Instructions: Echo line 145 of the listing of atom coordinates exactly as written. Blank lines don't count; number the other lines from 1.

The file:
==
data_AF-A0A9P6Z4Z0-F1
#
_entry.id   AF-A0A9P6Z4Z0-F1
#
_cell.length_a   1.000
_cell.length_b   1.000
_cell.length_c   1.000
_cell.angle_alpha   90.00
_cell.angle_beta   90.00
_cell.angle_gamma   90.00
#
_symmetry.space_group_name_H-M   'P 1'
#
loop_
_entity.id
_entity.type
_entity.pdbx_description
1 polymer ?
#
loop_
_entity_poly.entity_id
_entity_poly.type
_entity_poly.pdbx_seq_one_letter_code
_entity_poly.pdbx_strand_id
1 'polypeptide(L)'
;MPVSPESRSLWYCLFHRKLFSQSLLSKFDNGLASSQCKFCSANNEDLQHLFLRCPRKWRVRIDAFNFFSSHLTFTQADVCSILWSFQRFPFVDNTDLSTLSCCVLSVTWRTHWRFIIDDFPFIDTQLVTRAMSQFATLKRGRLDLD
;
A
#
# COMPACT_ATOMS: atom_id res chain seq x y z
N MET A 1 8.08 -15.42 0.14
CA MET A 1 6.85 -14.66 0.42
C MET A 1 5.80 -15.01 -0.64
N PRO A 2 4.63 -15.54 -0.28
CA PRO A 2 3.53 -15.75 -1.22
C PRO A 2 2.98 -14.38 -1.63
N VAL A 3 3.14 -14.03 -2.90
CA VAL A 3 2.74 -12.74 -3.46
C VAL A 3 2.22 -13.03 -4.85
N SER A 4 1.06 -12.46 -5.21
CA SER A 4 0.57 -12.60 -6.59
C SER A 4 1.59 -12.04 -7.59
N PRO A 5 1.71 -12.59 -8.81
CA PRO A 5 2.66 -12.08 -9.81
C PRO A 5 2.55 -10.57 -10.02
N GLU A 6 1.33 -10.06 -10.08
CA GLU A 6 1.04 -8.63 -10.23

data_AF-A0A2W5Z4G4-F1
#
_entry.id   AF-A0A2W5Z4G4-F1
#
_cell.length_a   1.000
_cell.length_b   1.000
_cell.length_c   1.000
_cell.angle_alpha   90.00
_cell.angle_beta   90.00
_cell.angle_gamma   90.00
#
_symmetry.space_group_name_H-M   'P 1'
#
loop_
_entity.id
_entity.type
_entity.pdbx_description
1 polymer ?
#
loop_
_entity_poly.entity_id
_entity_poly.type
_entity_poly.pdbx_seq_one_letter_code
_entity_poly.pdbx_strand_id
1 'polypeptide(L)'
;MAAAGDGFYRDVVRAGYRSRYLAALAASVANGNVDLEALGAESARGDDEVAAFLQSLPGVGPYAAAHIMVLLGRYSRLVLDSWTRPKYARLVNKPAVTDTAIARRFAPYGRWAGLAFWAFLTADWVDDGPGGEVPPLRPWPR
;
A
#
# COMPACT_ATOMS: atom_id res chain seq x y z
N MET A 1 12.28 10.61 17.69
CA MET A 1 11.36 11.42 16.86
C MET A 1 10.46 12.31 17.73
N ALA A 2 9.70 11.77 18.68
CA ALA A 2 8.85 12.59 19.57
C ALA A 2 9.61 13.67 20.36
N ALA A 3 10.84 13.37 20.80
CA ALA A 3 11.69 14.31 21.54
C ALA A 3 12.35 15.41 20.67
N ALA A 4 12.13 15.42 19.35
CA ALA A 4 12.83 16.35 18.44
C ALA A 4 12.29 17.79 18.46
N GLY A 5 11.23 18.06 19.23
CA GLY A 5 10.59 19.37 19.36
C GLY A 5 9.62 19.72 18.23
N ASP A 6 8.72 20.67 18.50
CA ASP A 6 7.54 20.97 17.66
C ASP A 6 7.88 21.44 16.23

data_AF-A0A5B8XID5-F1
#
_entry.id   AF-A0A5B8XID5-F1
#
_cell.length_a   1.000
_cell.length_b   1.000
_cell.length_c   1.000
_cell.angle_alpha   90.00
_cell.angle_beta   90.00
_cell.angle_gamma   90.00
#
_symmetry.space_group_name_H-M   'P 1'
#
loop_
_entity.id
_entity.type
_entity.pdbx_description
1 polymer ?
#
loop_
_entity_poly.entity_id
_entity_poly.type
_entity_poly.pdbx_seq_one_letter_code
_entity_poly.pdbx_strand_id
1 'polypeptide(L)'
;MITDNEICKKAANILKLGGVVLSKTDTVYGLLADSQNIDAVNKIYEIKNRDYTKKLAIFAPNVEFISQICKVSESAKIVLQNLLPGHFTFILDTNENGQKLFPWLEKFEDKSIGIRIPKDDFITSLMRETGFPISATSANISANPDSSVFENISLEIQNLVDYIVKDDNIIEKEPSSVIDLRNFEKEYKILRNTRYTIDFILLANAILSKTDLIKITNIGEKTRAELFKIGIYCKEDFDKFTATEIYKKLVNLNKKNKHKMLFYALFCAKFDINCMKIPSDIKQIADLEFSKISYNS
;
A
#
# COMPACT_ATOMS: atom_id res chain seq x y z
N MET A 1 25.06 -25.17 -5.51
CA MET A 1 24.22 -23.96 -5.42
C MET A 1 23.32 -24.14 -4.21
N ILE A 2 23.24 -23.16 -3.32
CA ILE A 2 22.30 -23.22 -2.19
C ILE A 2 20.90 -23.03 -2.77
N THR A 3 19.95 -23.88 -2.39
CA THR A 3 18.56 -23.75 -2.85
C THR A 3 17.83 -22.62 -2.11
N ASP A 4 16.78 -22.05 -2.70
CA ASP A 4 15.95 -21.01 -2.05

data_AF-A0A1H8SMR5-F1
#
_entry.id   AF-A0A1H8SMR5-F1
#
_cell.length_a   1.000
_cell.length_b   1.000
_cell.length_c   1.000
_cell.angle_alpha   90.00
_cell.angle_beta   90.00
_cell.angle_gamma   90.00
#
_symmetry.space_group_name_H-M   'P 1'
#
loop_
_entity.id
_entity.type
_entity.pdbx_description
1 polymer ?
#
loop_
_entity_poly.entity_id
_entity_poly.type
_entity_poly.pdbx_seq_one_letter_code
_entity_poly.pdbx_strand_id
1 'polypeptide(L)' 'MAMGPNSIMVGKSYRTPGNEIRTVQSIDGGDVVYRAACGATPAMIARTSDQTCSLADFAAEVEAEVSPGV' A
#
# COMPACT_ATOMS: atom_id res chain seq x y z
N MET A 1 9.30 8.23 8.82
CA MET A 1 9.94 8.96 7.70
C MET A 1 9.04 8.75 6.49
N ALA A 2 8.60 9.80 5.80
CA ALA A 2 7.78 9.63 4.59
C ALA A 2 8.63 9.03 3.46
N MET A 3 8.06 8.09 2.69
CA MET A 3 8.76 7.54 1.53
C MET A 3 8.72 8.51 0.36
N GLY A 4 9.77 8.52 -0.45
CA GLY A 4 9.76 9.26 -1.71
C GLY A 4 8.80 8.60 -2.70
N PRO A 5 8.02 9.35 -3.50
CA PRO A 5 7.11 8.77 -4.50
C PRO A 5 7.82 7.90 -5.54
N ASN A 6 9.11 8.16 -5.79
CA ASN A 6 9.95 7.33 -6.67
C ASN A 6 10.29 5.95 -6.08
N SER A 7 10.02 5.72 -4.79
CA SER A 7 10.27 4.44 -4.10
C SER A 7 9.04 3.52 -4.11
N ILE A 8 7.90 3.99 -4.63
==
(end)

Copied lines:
_cell.angle_beta   90.00